History of Stratford
The White Horse Inn, on the left, shows the 1922 White Horse Pike re-opening celebration. The photo on the right is the Old Orchard Inn.
The first school was a converted Sheep Barn, located at 302 Union Avenue. It was moved to the Southeast corner of Union and Kirkwood Avenues. There was one classroom with one teacher for all grades. As a private “pay” school, it had a small attendance. By 1896, education was free and the number of pupils expanded to 48. As the population in Stratford grew, so did the need for larger schools. A school was built on Princeton Avenue but it had to be moved to Harvard Avenue to make way for a larger, four room schoolhouse. The new Princeton Avenue School was soon expanded, by adding a second floor. For decades, the only church in town was Stratford Methodist Episcopal Church, built in 1893, at Union and Central Avenues. The parsonage was built in 1895 and an addition to the church was completed in 1929.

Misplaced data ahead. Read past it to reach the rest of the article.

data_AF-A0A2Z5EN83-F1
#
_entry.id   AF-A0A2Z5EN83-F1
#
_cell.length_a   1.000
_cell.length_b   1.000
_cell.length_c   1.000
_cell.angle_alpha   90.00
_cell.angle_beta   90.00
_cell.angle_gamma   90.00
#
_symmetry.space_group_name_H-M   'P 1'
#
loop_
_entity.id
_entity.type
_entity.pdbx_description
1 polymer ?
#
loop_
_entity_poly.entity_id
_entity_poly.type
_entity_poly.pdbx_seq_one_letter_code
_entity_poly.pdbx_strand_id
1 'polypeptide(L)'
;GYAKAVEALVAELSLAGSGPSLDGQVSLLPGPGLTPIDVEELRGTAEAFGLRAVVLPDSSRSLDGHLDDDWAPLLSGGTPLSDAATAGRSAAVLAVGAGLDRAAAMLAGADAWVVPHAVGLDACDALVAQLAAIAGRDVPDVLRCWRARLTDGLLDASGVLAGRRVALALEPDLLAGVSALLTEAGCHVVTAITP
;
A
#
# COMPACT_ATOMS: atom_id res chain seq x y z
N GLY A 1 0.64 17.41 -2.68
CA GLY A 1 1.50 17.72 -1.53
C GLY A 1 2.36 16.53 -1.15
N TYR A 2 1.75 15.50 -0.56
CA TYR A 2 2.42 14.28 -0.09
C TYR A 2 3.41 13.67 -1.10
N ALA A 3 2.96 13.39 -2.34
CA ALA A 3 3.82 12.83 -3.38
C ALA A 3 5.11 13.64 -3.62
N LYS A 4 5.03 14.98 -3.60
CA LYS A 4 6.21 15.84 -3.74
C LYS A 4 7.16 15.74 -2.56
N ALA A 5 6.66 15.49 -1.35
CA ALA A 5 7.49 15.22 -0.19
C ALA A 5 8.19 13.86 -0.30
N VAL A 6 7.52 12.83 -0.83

The first Fire Company was organized in 1908 and incorporated in 1909. It was equipped with a two-wheel cart, which held garden hoses and a few buckets. A Fire House was built in 1911 and expanded in 1922. The Stratford Library organized in 1921. Having been moved several times from house to house, Mr. Iredell found space in his home at 1 Atlantic Avenue, to accommodate the library. Mr. Iredell’s home also housed the Cash Grocery Store and Stratford’s Post Office. (Pictured to the right)
About 1850, the original c. 1740 General Store was replaced by a new building, built on its foundation. It continued to serve the community in many respects, the last being a Grocery Store known as the “Quaker Store”. It has been restored by the Stratford Historical Preservation Commission and remains at the junction of White Horse Pike and Berlin Road. The White Horse Tavern was demolished in 1965. It had served the community for 219 years.
If you have history you would like to share or have any questions about the history of Stratford please email Carol at email@example.com